Thursday, December 11, 2008

Although Flames Are Out, Many Residents Are Still Fired Up

It's been over three weeks since the Tea Fire was put out. Still smoldering is the anger that many locals harbor against the 9 or 10 yet-to-be-named Santa Barbara City College students who are being investigated for starting the fire.

In letters to the editor and comments left on blogs and websites, people are demanding that the students' identities be revealed.

But hold your horses. Santa Barbara didn't burn down in a day, don't expect the investigation to be wrapped up that quickly either.

Arson is one of the toughest crimes to solve, after all, more often than not, your best evidence has burned up. With 10 college students involved, some who may have done something and some who may have merely been present, it won't be easy to figure out who did what and when they did it. Until the investigators determine how the fire started and whether anyone can be charged with any crime, they won't be dropping any names.

(By the way, you'll notice I haven't referred to any of the City College students as a "suspect." "Suspect" is so 20th century. Instead, we have "persons of interest." And if you're wondering what's behind the change in nomenclature, just remember how NBC News called security guard Richard Jewel, a "suspect" in the Centennial Olympic Park bombing and ended up paying him half a million dollars for being wrong about it. No one's been called a "suspect" since.)

The investigation could easily end with no one being charged with anything. Don't believe that's possible? Think back to the Painted Cave Fire in 1990. Authorities theorized that Leonard Ross started the fire as the ultimate act in a dispute he was having with one of his Old San Marcos Road neighbors. Then District Attorney Tom Sneddon felt there wasn't sufficient evidence to convince a jury, beyond a reasonable doubt, that Ross was the culprit. So Ross was never charged with a crime. That's despite the fact that Ross appeared to have a motive and was the sole "person of interest."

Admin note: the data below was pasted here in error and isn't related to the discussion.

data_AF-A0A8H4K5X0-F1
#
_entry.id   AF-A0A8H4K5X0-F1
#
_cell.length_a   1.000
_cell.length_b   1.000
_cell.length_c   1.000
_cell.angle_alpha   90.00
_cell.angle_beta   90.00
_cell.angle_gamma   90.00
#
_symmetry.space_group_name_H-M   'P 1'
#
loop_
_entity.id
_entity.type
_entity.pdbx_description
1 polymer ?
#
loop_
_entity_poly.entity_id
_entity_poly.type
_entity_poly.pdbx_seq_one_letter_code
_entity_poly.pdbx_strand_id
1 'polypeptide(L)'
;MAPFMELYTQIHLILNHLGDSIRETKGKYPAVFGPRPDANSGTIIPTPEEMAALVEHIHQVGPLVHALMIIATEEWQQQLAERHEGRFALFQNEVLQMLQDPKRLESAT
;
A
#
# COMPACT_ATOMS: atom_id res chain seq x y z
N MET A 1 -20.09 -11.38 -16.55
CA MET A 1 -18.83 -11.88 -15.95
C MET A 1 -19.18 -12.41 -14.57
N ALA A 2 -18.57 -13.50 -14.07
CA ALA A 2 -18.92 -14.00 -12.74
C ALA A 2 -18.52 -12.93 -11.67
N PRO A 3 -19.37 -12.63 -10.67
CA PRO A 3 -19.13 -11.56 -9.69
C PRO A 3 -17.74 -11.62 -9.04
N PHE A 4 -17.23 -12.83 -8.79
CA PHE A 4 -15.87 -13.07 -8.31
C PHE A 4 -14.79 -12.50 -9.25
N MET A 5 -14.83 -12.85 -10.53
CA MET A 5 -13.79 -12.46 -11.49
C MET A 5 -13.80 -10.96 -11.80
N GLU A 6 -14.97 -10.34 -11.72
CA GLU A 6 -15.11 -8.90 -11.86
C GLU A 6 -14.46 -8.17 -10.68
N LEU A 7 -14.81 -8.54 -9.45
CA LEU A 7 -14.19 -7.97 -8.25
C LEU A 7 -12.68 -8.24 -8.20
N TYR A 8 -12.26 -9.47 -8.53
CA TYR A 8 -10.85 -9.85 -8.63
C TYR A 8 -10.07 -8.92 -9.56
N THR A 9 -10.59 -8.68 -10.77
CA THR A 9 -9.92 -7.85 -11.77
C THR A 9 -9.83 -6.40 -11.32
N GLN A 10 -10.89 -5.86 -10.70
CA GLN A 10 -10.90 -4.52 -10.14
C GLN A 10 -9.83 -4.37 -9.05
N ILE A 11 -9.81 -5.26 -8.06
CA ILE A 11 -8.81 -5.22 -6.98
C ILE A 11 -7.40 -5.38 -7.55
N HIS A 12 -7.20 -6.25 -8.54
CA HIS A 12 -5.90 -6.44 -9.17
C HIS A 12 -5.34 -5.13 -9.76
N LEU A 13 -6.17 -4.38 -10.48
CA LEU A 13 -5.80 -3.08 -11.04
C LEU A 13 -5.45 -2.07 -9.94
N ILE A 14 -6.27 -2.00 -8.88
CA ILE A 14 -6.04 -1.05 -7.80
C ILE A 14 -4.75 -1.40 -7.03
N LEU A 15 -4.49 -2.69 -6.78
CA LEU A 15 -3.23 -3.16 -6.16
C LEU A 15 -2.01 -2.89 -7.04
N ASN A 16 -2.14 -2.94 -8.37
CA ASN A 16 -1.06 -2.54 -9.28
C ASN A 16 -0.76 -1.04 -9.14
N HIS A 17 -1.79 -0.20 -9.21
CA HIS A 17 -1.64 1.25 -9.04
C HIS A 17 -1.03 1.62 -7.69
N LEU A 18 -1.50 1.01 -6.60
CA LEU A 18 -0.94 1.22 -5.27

Eventually the County would sue Ross civilly to recover its expenses in fighting the fire. In 2000, a jury awarded the county $2.75 million in damages. The county was only able to collect a portion of it when 40 acres of land Ross owned was auctioned off for $380,000.

Of course, unless they have a trust fund, the typical City College student doesn't figure to have any assets available to satisfy a judgment should any of the fire victims sue. And no, their parents can't be held financially responsible if the students are over 18 and therefore are adults.

So, be patient. And prepare to be disappointed.

* * *

Anyone who wants to channel their post-fire outrage into positive energy, might consider making a contribution to the Lance and Carla Hoffman Burn Fund at any branch of Santa Barbara Bank & Trust.

And this Sunday, December 14 from 3-5 pm there is a fundraiser at Music Academy of the West in Montecito to raise replacement funds for the Santa Barbara Chapter of the American Red Cross and the Santa Barbara Humane Society following their work on the Tea Fire. The concert features world-renowned composer/pianist Carter Larsen. Every dollar of the $50 entrance fee per person will go to and be split between the two non-profits so they can be better prepared to jump in and assist when the next disaster hits.